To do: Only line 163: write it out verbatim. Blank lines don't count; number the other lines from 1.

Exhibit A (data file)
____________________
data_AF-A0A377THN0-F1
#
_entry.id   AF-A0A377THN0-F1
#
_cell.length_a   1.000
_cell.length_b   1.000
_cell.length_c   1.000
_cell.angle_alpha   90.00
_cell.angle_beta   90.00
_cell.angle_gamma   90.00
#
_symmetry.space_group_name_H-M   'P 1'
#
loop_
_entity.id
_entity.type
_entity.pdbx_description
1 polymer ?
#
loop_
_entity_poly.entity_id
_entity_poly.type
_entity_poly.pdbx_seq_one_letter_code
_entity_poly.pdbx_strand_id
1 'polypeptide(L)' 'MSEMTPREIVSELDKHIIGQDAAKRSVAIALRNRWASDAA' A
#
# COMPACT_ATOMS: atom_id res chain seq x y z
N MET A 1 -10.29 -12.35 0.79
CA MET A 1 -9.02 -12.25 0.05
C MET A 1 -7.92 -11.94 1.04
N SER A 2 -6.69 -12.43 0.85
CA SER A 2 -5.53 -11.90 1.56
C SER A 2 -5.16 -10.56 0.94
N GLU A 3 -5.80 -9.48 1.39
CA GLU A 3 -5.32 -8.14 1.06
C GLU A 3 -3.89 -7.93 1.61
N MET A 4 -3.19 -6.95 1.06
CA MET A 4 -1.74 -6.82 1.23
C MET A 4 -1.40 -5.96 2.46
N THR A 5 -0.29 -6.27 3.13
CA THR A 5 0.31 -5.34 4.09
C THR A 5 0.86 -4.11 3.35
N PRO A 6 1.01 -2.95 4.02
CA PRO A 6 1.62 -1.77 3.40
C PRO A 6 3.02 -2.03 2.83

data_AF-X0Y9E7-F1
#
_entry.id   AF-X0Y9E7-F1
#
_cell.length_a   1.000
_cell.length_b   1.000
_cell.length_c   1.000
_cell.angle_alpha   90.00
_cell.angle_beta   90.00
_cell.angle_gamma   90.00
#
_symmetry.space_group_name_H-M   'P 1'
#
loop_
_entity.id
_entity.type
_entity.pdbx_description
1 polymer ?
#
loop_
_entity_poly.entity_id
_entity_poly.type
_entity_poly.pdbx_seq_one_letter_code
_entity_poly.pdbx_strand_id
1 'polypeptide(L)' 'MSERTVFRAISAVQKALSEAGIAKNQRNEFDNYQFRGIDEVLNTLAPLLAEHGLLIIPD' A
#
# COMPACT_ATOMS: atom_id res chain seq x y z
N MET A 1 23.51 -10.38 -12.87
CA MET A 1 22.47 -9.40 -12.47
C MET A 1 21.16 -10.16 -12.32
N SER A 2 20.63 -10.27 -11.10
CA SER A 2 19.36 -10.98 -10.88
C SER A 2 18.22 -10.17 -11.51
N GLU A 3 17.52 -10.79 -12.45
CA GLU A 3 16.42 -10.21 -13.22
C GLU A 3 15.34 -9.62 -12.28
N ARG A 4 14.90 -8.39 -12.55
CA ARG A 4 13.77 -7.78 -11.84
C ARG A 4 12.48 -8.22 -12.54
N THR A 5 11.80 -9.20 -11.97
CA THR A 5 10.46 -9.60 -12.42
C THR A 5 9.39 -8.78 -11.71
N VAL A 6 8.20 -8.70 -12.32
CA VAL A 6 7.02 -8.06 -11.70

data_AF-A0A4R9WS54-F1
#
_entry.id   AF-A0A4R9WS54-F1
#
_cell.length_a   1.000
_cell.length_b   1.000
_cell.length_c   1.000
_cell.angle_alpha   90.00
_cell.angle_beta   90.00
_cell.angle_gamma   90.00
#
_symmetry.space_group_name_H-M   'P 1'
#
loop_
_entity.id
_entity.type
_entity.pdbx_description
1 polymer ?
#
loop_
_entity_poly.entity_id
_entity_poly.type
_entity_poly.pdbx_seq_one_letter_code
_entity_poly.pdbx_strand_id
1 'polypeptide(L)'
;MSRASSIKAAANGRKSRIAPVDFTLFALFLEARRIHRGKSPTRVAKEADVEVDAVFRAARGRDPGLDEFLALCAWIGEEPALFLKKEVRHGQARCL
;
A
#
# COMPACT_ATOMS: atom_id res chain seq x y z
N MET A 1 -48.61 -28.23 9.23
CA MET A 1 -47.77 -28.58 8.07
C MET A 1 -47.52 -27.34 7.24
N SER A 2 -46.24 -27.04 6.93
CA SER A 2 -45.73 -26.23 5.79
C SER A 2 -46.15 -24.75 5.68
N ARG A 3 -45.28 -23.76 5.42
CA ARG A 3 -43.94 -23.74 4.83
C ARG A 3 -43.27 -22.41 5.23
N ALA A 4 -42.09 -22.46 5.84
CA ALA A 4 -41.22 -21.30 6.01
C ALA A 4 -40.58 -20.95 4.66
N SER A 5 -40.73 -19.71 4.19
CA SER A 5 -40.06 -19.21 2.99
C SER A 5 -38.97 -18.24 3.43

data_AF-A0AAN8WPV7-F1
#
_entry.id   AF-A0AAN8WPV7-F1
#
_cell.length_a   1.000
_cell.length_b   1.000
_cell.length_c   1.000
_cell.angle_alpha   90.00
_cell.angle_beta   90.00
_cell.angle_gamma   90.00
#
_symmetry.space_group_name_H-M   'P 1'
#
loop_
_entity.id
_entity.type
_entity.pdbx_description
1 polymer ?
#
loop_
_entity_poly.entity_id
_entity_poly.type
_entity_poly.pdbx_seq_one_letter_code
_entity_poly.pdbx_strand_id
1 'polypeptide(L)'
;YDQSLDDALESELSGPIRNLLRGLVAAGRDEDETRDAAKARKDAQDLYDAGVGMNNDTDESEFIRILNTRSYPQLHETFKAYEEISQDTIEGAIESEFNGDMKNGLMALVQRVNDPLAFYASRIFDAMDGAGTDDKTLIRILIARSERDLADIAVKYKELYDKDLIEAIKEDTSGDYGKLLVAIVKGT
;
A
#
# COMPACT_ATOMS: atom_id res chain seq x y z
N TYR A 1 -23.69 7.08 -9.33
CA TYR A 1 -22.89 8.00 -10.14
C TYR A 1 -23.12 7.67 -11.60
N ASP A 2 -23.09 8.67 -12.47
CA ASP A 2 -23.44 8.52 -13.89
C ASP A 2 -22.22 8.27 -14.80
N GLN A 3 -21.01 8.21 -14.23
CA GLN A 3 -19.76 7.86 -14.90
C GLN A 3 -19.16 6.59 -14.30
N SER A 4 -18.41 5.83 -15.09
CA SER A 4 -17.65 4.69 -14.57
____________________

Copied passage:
#